Microsoft slams iPhone as 'irrelevant'

Discussion in ' News Discussion' started by MacBytes, Apr 20, 2007.

  1. MacBytes macrumors bot

    Jul 5, 2003
  2. IJ Reilly macrumors P6

    IJ Reilly

    Jul 16, 2002
    If the iPhone is so completely irrelevant, why does Microsoft see the need to comment on it?
  3. JNB macrumors 604


    Oct 7, 2004
    In a Hell predominately of my own making
  4. jholzner macrumors 65816


    Jul 24, 2002
    Champaign, IL
    Well, the proof will be in the pudding. Talk is cheap, lets just wait and see the sales figures. I'm sure there will be third party apps sanctioned by Apple upon release.

    Oh, and why will "heavy" messaging be a problem? Have they used one? I'm guessing no.

    Besides, Apple isn't going after business customers here for the same reason they don't with their Macs. Businesses are cheap and they will go with whatever is cheapest. Apple wants to make cool useful stuff, not cheap stuff.
  5. nagromme macrumors G5


    May 2, 2002
    People like to think a physical keyboard is better because that's what we use all day on computers. But we use BIG keyboards, big enough to TOUCH type without looking. (And that's good because unlike a handheld device, computer keyboards are often too far from the screen to see well while you work.)

    But a tiny handheld keyboard is right in your line of sight, less than an inch from the screen, and too small for your desktop touch-typing habits to apply anyway.

    So I'd say it comes down to preference--not a magic "rule" that physical keys are always better. Some will prefer one, some will prefer the other--and both take some time to get used to and be efficient with. Maybe the time to get used to the touchscreen is a little longer before you're efficient--I can't say.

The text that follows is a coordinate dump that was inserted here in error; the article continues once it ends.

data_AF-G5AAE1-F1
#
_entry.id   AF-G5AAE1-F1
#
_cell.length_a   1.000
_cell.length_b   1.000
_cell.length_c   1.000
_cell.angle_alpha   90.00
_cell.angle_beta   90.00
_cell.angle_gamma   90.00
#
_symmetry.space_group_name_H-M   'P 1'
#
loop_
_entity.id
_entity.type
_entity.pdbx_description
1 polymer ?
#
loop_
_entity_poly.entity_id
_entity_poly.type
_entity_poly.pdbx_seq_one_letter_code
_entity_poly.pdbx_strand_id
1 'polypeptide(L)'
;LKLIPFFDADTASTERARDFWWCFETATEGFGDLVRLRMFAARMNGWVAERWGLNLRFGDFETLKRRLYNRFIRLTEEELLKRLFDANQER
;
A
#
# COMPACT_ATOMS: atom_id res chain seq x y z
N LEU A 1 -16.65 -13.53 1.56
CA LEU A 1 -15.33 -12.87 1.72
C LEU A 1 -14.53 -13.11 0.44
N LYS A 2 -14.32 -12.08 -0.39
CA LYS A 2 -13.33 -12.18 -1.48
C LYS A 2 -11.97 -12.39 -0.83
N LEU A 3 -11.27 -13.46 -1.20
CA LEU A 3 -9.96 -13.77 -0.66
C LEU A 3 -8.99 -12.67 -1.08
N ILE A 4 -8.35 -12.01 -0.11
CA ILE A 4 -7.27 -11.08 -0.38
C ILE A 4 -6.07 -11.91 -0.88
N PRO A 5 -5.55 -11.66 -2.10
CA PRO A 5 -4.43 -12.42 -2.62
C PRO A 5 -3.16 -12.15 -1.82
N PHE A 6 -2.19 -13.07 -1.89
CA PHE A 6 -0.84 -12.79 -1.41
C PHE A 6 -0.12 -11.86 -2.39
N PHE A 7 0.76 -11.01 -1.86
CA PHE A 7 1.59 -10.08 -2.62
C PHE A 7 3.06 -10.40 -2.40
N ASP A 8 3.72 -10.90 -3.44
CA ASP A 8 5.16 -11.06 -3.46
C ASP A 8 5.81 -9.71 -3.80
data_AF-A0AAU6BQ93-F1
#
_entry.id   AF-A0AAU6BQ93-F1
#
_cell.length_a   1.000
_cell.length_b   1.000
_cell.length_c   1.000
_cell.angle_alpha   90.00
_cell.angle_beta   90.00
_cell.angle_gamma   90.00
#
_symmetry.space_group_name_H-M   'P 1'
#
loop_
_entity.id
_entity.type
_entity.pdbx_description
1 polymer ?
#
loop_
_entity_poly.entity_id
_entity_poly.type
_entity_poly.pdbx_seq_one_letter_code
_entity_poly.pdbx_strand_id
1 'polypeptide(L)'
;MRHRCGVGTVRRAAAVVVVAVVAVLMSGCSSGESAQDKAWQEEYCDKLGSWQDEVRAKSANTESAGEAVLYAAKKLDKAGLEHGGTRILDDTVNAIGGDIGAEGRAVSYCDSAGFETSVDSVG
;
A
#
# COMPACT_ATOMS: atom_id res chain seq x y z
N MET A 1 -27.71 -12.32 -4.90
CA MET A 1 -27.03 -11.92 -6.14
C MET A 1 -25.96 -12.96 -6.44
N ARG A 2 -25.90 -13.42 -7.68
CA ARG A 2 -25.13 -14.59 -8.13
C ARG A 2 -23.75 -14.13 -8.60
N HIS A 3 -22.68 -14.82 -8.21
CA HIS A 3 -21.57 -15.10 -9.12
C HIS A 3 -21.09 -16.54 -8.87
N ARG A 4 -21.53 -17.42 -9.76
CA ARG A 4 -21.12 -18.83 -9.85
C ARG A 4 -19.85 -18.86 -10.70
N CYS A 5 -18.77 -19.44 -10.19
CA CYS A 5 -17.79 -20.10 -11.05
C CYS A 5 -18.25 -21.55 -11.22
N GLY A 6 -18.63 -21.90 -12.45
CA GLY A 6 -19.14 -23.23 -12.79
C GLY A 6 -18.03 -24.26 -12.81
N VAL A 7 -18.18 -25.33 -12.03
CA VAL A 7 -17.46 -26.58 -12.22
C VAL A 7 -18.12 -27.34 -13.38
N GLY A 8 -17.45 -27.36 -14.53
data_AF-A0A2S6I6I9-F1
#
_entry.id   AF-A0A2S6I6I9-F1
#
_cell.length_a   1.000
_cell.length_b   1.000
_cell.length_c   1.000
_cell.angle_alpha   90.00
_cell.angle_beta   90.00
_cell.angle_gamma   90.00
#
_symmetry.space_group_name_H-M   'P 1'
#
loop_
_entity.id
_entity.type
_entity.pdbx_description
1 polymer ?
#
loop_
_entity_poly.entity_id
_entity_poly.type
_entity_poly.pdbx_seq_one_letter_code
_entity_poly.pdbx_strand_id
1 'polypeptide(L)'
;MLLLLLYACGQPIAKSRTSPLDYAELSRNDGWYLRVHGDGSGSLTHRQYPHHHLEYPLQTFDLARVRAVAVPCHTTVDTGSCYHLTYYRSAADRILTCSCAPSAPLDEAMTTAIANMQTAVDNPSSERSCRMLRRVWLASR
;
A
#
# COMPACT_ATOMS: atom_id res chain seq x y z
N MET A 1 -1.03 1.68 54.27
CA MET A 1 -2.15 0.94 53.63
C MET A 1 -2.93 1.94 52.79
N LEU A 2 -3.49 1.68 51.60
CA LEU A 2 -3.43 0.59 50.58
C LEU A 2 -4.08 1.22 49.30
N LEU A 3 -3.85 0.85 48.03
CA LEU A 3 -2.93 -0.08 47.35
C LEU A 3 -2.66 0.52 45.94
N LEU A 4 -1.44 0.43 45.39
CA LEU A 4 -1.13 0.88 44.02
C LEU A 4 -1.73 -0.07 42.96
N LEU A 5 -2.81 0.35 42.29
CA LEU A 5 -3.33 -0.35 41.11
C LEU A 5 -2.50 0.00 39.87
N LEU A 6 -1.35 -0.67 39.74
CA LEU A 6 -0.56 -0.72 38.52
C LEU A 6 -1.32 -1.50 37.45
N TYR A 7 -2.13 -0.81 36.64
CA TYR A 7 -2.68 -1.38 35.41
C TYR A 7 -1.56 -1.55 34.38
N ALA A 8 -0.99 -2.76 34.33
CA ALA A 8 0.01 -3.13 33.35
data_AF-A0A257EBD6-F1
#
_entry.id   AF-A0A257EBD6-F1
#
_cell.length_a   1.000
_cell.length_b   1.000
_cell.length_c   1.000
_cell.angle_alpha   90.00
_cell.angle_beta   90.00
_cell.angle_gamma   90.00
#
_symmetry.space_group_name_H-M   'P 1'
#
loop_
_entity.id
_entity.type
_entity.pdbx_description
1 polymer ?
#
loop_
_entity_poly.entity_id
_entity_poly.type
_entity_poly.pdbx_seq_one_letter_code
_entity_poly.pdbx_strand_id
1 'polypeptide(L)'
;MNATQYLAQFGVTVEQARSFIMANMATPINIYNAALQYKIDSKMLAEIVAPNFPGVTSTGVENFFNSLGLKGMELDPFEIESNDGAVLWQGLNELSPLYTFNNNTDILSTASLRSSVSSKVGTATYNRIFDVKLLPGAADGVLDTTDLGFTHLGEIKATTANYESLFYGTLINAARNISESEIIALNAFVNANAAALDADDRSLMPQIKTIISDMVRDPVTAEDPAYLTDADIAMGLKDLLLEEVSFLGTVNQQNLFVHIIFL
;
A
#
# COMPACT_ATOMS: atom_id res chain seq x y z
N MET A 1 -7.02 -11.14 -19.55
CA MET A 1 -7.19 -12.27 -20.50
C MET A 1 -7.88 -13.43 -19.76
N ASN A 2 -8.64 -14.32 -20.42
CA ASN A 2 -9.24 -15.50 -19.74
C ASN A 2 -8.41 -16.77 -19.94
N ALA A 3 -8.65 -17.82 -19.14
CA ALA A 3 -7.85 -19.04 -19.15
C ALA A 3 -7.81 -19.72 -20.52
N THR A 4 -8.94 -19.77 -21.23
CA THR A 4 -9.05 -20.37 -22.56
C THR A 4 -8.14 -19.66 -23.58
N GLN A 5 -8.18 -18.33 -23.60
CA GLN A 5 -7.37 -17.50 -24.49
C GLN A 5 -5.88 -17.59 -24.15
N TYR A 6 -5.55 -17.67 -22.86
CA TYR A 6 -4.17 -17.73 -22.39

Tactile feedback IS nice, but an iPhone has its own very clear visual feedback (and maybe audible too)--and you CAN feel when you touch the screen. It's not as though you won't know whether you pressed the virtual key or not. (Even physical keys don't always have a clear tactile click to tell you when you make the contact--some have a soft squishy feel.)

    So, leaving aside personal preference (which nobody can judge until the iPhone is out there), and assuming we're comparing SMALL devices (in other words, the keys are tiny), I'll weigh the pros of physical vs. iPhone keys:

    Pros of physical keys:

    1. Many people like the familiar (though not computer-like) feel. Small keys vary a lot, sometimes arranged in awkward curves, and some have a very POOR feel, but at least it's a feel!

    Pros of iPhone multitouch keys: